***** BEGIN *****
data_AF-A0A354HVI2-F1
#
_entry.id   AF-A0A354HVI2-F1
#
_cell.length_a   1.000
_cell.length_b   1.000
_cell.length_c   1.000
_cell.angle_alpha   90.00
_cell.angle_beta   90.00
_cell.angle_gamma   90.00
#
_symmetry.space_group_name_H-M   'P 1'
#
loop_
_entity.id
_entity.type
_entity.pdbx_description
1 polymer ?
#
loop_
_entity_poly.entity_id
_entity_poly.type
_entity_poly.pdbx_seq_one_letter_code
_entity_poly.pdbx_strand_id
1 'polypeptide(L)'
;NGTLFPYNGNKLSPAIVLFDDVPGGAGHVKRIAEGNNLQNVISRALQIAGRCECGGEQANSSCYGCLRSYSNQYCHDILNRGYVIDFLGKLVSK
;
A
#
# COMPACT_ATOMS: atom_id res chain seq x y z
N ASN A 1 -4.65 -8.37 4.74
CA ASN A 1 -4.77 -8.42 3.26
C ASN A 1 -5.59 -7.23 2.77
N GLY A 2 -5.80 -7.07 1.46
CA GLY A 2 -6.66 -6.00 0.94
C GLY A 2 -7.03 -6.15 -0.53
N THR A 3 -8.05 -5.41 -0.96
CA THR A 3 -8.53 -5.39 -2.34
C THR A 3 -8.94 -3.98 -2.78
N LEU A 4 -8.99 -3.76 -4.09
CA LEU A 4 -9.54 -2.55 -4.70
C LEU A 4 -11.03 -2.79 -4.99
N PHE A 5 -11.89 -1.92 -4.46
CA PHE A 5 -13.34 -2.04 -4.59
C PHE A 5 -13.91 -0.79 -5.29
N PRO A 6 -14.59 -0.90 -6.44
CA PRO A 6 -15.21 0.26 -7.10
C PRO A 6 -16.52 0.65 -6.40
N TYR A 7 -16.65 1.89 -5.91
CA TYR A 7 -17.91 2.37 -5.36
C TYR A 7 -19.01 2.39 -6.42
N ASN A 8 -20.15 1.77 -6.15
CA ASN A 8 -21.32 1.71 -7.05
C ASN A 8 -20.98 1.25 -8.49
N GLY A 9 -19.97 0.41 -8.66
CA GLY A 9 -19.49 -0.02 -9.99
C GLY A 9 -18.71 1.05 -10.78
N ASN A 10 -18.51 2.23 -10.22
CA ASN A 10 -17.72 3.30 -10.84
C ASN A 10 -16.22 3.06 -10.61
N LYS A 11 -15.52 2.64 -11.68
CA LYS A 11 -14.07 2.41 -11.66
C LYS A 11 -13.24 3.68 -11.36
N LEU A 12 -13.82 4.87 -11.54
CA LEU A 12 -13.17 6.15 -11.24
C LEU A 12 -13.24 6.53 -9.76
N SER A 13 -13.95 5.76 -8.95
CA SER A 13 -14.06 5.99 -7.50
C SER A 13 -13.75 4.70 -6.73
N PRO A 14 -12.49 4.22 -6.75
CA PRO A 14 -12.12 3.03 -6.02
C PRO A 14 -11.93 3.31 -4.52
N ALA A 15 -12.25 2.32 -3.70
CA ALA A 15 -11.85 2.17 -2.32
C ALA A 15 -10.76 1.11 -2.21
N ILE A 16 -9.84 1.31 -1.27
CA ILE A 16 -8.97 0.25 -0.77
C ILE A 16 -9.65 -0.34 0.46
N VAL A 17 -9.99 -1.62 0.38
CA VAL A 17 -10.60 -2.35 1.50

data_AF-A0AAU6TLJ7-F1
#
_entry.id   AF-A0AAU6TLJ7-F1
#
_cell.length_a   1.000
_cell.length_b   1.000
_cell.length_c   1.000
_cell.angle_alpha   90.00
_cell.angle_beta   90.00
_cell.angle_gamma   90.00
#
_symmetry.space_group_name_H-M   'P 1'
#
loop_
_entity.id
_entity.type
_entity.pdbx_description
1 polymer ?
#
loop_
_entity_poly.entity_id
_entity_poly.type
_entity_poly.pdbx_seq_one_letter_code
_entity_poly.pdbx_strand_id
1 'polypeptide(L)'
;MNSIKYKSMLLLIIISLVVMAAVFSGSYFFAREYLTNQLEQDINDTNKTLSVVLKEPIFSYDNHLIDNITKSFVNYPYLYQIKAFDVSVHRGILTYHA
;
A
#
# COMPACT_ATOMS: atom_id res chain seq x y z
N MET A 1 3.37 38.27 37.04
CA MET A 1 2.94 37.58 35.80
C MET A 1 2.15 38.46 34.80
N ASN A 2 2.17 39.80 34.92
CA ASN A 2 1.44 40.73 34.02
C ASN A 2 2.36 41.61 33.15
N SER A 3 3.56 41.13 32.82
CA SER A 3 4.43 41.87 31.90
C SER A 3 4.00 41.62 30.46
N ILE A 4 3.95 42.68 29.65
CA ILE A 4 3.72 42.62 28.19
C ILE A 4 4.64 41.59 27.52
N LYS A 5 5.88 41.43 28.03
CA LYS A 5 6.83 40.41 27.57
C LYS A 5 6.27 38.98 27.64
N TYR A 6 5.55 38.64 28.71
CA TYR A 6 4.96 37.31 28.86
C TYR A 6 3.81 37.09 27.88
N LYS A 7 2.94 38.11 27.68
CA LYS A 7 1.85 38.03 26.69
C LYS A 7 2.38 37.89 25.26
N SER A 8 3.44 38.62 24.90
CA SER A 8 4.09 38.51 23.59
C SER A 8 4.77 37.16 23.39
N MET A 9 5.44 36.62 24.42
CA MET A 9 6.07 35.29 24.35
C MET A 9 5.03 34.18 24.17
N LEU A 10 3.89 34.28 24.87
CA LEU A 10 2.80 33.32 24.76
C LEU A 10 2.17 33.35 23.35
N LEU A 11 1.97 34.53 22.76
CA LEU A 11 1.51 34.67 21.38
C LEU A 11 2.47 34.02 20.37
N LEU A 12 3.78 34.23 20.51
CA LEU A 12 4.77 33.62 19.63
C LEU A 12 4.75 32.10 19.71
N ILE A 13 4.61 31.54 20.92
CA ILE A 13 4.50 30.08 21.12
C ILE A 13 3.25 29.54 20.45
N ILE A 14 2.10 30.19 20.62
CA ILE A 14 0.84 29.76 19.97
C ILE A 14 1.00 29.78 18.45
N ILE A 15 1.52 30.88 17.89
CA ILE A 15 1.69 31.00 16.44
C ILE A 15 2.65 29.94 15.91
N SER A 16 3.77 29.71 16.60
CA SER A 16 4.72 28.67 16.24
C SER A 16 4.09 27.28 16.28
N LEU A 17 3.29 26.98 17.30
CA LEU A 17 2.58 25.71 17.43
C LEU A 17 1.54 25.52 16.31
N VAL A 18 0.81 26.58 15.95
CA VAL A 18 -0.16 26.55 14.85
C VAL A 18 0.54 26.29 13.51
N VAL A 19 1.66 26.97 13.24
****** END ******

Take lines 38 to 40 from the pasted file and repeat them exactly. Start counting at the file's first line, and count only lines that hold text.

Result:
CA THR A 3 -8.53 -5.39 -2.34
C THR A 3 -8.94 -3.98 -2.78
N LEU A 4 -8.99 -3.76 -4.09